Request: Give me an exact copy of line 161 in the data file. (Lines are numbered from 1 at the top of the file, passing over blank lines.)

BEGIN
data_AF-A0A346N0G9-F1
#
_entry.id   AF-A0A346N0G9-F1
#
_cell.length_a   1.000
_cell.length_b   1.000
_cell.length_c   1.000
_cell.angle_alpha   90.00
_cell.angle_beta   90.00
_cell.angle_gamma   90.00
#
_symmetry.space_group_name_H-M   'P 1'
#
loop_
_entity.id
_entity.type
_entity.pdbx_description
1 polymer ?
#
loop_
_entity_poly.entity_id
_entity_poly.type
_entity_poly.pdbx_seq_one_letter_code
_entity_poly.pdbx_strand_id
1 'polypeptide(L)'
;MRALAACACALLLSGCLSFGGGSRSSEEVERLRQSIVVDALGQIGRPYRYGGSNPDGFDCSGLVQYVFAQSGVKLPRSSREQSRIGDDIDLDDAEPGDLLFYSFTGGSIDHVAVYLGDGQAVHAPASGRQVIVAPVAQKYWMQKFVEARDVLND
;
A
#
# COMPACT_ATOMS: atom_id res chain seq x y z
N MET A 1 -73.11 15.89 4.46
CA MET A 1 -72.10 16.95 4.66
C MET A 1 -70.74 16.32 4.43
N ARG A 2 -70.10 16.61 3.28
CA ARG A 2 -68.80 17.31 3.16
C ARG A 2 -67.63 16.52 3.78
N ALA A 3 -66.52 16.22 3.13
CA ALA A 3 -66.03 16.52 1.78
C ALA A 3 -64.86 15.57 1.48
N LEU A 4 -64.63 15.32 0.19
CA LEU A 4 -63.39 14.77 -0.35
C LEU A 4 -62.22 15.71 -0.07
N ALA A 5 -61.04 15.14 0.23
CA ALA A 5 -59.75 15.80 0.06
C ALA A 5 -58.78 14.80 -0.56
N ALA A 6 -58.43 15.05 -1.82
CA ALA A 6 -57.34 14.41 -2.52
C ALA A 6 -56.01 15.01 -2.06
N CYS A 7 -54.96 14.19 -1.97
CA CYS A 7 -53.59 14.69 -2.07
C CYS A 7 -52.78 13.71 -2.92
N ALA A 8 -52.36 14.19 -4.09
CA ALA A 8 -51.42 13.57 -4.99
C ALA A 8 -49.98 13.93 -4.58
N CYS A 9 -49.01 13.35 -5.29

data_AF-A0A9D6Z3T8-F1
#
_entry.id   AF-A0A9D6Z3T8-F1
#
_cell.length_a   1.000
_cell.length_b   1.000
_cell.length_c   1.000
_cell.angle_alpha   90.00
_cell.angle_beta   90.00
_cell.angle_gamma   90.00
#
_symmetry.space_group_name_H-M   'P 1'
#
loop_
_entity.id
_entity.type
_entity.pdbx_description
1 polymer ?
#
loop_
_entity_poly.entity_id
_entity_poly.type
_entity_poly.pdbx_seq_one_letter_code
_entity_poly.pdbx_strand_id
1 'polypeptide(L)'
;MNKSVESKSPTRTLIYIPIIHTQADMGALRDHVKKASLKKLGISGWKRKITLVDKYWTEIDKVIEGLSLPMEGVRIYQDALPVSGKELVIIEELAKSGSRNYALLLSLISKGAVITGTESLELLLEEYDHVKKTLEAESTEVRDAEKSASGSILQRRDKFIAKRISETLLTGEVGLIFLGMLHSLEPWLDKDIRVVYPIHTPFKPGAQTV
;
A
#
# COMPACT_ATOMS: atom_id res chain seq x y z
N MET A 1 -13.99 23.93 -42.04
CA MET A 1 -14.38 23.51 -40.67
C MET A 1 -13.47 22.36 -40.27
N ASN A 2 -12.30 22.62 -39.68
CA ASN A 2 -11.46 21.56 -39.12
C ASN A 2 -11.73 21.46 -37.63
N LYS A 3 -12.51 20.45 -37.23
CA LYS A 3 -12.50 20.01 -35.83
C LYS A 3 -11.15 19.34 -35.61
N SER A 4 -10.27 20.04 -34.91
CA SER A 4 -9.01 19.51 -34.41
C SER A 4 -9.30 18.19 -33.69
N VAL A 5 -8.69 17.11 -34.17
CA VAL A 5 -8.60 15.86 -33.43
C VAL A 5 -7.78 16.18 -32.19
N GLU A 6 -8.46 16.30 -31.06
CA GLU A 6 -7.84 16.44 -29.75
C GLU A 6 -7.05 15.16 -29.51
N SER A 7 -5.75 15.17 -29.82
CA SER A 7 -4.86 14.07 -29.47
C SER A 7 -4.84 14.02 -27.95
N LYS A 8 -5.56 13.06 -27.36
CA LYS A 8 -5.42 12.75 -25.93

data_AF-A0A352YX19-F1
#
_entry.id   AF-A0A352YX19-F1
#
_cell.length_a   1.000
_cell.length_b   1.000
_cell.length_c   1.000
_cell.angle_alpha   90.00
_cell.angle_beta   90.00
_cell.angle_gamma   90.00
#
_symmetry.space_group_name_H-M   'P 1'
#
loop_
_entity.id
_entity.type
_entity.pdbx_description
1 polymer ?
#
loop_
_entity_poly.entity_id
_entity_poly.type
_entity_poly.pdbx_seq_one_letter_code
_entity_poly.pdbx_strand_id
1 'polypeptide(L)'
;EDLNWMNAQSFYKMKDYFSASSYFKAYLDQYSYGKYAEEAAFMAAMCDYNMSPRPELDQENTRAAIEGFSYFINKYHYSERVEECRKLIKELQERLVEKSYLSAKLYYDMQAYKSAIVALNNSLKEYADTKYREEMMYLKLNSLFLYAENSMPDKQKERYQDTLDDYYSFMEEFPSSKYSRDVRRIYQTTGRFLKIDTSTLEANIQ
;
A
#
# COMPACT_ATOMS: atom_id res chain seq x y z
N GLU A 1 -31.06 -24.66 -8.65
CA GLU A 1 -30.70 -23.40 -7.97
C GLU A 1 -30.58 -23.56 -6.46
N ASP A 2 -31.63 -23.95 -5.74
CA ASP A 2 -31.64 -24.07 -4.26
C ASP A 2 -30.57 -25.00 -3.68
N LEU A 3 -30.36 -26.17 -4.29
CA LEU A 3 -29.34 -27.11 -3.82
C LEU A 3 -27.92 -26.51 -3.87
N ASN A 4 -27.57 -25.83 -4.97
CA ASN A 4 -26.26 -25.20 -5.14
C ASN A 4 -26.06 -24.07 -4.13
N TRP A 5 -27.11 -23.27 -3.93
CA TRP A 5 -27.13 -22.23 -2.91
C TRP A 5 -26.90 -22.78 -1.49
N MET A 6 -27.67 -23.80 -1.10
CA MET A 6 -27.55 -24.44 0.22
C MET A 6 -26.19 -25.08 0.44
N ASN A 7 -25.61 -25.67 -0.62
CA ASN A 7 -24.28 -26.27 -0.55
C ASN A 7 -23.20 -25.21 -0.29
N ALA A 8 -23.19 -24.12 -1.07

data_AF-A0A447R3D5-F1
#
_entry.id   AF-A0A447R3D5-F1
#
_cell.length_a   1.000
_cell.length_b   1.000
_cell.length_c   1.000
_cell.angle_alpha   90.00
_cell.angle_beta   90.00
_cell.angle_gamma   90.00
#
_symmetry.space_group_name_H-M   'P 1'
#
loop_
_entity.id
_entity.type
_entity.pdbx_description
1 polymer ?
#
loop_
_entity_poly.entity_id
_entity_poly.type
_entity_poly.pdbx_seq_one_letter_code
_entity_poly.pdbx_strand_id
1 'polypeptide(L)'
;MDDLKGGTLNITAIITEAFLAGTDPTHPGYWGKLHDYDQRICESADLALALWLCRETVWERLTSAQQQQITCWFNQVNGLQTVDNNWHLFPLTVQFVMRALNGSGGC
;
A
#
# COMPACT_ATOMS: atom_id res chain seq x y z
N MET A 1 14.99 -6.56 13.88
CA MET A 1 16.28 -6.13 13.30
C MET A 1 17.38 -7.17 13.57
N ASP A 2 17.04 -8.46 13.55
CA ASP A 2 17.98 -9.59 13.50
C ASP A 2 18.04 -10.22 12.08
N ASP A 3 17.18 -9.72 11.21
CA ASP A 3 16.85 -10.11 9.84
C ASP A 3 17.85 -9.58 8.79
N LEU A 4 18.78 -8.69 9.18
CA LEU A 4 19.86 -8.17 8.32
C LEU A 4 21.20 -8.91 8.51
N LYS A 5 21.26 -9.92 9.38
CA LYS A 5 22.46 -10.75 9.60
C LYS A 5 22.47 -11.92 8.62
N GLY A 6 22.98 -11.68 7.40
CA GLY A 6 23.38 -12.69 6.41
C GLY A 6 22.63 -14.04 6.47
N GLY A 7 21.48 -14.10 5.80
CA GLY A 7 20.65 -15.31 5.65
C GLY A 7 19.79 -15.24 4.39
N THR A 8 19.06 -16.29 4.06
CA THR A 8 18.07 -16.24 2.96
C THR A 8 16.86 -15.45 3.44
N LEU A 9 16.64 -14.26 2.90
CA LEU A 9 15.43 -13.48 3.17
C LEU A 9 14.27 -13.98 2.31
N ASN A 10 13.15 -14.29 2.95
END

data_AF-A0A447R3D5-F1